-.03 Stock Footnotes: cc – PE greater than 99. dd – Loss in last 12 mos. d – New 52-.01 wk low during trading day. g – Dividend in Canadian $. Stock price in U.S.$. n – -.05 New issue in past 52 wks. q – Closed-end mutual fund; no PE calculated. s – Split or stock dividend of 25 pct or more in last 52 wks. Div begins with date of split or stock dividend. u – New 52-wk high during trading day. v – Trading halted on primary market. Unless noted, dividend rates are annual disbursements based on last declaration. pf – Preferred. pp – Holder owes installment(s) of purchase price. rt – Rights. un – Units. wd – When distributed. wi – When issued. wt – Warrants. ww – With warrants. xw – Without warrants. Dividend Footnotes: a – Also extra or extras. b – Annual rate plus stock dividend. c – Liquidating dividend. e – Declared or paid in preceding 12 mos. f – Annual rate, increased on last declaration. i – Declared or paid after stock dividend or split. j – Paid this year, dividend omitted, deferred or no action taken at last meeting. k – Declared or paid this year, accumulative issue with dividends in arrears. m – Annual rate, reduced on last declaration. p – Init div, annual rate unknown. r – Declared or paid in preceding 12 mos plus stock dividend. t – Paid in stock in last 12 mos, estimated cash value on ex-dividend or distribution date. x – Ex-dividend or ex-rights. y – Ex-dividend and sales in full. z – Sales in full. vj – In bankruptcy or receivership or being reorganized under the Bankruptcy Act, or securities assumed by such companies. • Most active stocks above must be worth $1 and gainers/losers $2. Mutual Fund Footnotes: e – Ex-capital gains distribution. f – Wednesday’s quote. n - No-load fund. p – Fund assets used to pay distribution costs. r – Redemption fee or contingent deferred sales load may apply. s – Stock dividend or split. t – Both p and r. x – Ex-cash dividend.

MUTUAL FUNDS

-.01

Source: The Associated Press. Sales figures are unofficial.

USBI n 11.71 -.03 Value n 63.78 +.46 Fidelity Selects: Gold r n 43.16 +.39 Fidelity Spartan: ExtMkIn n 35.72 +.19 500IdxInv n44.75 +.40 500Idx I 44.76 +.41 IntlInxInv n29.68 +.19 TotMktInv n36.34 +.30 Fidelity Spart Adv: 500IdxAdv n44.75+.40 TotMktAd r n36.34+.30 First Eagle: 45.18 +.26 GlblA OverseasA20.30 +.10 Forum Funds: AbsStrI r 11.05 +.02 Frank/Temp Frnk A: CalTFA p 7.11 ... FedTFA p 12.14 ... FoundAl p 10.12 +.06 GrwthA p 44.90 +.37 HYTFA p 10.24 ... IncomA p 2.09 ... NYTFA p 11.80 ... RisDvA p 34.93 +.32 StratInc p 10.13 ... USGovA p 6.91 ... Frank/Tmp Frnk Adv: GlbBdAdv n12.43 +.01 IncmeAd 2.08 +.01 Frank/Temp Frnk C: IncomC t 2.11 +.01 Frank/Temp Mtl A&B: SharesA 19.84 +.11 Frank/Temp Temp A: ForgnA p 5.93 +.04 GlBd A p 12.46 ... GrwthA p 16.33 +.10

WorldA p 13.79 +.10 Frank/Temp Tmp B&C: GlBdC p 12.49 ... GE Elfun S&S: S&S PM 39.57 +.33 GMO Trust III: Quality 22.10 +.20 GMO Trust IV: IntlIntrVl 18.86 +.11 GMO Trust VI: EmgMkts r 10.45 +.05 Quality 22.10 +.20 Goldman Sachs A: MdCVA p 33.59 +.24 Goldman Sachs Inst: 6.84 +.01 HiYield MidCapV 33.81 +.25 Harbor Funds: 12.09 -.03 Bond CapApInst 37.02 +.29 IntlInv t 51.85 +.25 Intl r 52.30 +.25 Hartford Fds A: CpAppA p 29.15 +.19 Hartford Fds Y: CapAppI n 29.14 +.19 Hartford HLS IA : CapApp 37.85 +.27 Div&Gr 19.85 +.17 TotRetBd 11.54 -.03 Hussman Funds: StrGrowth 12.50 -.02 IVA Funds: Wldwide I r15.37 +.09 Invesco Funds A: Chart p 16.12 +.11 CmstkA 15.31 +.11 EqIncA 8.34 +.04 GrIncA p 18.68 +.14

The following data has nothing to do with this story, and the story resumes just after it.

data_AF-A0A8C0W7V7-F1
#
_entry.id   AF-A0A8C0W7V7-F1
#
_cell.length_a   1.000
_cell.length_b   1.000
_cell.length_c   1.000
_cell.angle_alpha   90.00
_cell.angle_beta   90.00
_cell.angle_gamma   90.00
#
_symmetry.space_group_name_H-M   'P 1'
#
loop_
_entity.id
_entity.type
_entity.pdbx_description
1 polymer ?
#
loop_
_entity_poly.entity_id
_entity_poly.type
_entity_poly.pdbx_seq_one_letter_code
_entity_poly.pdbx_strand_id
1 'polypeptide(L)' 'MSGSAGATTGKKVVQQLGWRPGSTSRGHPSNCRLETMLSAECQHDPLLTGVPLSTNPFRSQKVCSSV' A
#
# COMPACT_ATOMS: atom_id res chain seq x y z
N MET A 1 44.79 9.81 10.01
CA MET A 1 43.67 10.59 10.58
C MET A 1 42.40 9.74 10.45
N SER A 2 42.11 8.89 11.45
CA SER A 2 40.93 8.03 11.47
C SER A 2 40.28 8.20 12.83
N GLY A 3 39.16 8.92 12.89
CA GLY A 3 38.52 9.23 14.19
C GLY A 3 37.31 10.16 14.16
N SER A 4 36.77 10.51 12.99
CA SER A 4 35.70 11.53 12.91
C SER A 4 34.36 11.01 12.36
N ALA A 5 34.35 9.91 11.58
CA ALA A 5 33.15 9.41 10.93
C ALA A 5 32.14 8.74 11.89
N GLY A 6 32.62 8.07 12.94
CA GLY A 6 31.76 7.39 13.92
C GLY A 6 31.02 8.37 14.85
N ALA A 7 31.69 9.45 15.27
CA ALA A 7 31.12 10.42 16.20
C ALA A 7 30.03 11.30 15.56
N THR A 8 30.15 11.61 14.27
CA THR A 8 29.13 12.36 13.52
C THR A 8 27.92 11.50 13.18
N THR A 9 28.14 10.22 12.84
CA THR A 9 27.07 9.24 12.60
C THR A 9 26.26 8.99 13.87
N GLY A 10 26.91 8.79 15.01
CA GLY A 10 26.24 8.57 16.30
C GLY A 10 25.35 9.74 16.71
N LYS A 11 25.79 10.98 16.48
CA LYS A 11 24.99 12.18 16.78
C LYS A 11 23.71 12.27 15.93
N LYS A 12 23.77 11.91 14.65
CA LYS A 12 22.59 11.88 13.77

Sep 12 669 676fl 668fl 672 Dec 12 694fl 698fl 689ü 691fl Mar 13 709 713ü 707ø 707ø May 13 722 722 716ø 716ø Last spot N/A Est. sales 56619. Thu’s Sales: 46,215 Thu’s open int: 381457, up +1086 CORN 5,000 bu minimum- cents per bushel Mar 12 617 621fl 614ü 619ø May 12 628 630 622fl 628 Jul 12 633ø 636 629 634 Sep 12 590 594fl 589ü 593 Dec 12 567ü 571ü 565fl 569 Mar 13 580ü 582ü 578 581ü May 13 589ü 589fl 587 588fl Last spot N/A Est. sales 197362. Thu’s Sales: 188,531 Thu’s open int: 1158563, off -9696 OATS 5,000 bu minimum- cents per bushel Mar 12 312fl 313 310ø 311ü May 12 317 317 314fl 315ü Jul 12 319fl 319fl 319fl 319fl Sep 12 324ü 325ø 324ü 325ø Dec 12 321 323 321 323 Mar 13 340ü 342ü 340ü 342ü May 13 346ü 348ü 346ü 348ü Last spot N/A Est. sales 381. Thu’s Sales: 462 Thu’s open int: 12703, off -70 SOYBEANS 5,000 bu minimum- cents per bushel Jan 12 1163 1167ü 1156ø 1163 Mar 12 1172 1176ü 1165fl 1172ø May 12 1182ü 1186 1176 1182ü Jul 12 1191fl 1195ø 1185fl 1192 Aug 12 1188 1189ü 1186fl 1189ü Sep 12 1180 1185ø 1180 1182ø Nov 12 1180ø 1182fl 1173ü 1179 Jan 13 1189 1191 1187 1189ø Mar 13 1194ø 1198fl 1194ø 1198 May 13 1199ü 1200 1199ü 1200 Last spot N/A Est. sales 202205. Thu’s Sales: 188,531 Thu’s open int: 509655, off -14380

-ø -1fl -1fl -1fl

HYMuA 9.37 ... Ivy Funds: AssetSC t 21.76 +.18 AssetStA p22.39 +.19 AssetStrI r 22.58 +.19 JPMorgan A Class: CoreBd A 11.82 -.03 JPMorgan R Cl: ShtDurBd 10.95 -.01 JPMorgan Select: USEquity n 9.96 +.09 JPMorgan Sel Cls: CoreBd n 11.81 -.03 HighYld n 7.64 +.01 IntmTFBd n11.25 ... ShtDurBd n10.95 -.01 USLCCrPls n19.88 +.18 Janus T Shrs: BalancdT 24.45 +.08 OvrseasT r32.46 +.08 PrkMCVal T20.34 +.13 Twenty T 51.15 +.34 John Hancock Cl 1: LSAggr 11.53 +.07 LSBalanc 12.49 +.05 LSGrwth 12.27 +.07 Lazard Instl: EmgMktI 18.00 +.04 Legg Mason A: WAMgMu p16.20 ... Longleaf Partners: Partners 27.03 +.18 Loomis Sayles: LSBondI 13.87 ... StrInc C 14.40 +.02 LSBondR 13.81 ... StrIncA 14.31 +.01 Loomis Sayles Inv: InvGrBdY 12.09 -.02